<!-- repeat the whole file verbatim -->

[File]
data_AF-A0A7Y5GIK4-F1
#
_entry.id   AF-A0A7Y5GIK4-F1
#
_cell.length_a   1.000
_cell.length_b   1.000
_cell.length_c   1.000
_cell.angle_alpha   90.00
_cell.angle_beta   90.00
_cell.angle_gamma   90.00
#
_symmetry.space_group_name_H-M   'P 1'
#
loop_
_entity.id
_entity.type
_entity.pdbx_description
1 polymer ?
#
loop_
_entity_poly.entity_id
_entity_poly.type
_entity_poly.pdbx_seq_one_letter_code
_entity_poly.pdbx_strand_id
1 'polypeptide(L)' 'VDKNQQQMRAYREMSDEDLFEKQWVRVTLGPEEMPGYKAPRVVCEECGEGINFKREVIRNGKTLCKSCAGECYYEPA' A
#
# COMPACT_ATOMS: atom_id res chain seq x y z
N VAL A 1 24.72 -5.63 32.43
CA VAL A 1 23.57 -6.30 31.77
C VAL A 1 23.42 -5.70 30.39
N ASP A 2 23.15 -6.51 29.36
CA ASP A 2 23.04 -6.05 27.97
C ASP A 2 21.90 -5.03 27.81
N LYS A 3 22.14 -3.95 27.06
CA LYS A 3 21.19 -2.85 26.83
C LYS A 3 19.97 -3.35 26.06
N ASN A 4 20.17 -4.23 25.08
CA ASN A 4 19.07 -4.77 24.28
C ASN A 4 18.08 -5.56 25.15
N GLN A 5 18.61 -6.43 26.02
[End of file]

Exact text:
data_AF-A0A7Y5GIK4-F1
#
_entry.id   AF-A0A7Y5GIK4-F1
#
_cell.length_a   1.000
_cell.length_b   1.000
_cell.length_c   1.000
_cell.angle_alpha   90.00
_cell.angle_beta   90.00
_cell.angle_gamma   90.00
#
_symmetry.space_group_name_H-M   'P 1'
#
loop_
_entity.id
_entity.type
_entity.pdbx_description
1 polymer ?
#
loop_
_entity_poly.entity_id
_entity_poly.type
_entity_poly.pdbx_seq_one_letter_code
_entity_poly.pdbx_strand_id
1 'polypeptide(L)' 'VDKNQQQMRAYREMSDEDLFEKQWVRVTLGPEEMPGYKAPRVVCEECGEGINFKREVIRNGKTLCKSCAGECYYEPA' A
#
# COMPACT_ATOMS: atom_id res chain seq x y z
N VAL A 1 24.72 -5.63 32.43
CA VAL A 1 23.57 -6.30 31.77
C VAL A 1 23.42 -5.70 30.39
N ASP A 2 23.15 -6.51 29.36
CA ASP A 2 23.04 -6.05 27.97
C ASP A 2 21.90 -5.03 27.81
N LYS A 3 22.14 -3.95 27.06
CA LYS A 3 21.19 -2.85 26.83
C LYS A 3 19.97 -3.35 26.06
N ASN A 4 20.17 -4.23 25.08
CA ASN A 4 19.07 -4.77 24.28
C ASN A 4 18.08 -5.56 25.15
N GLN A 5 18.61 -6.43 26.02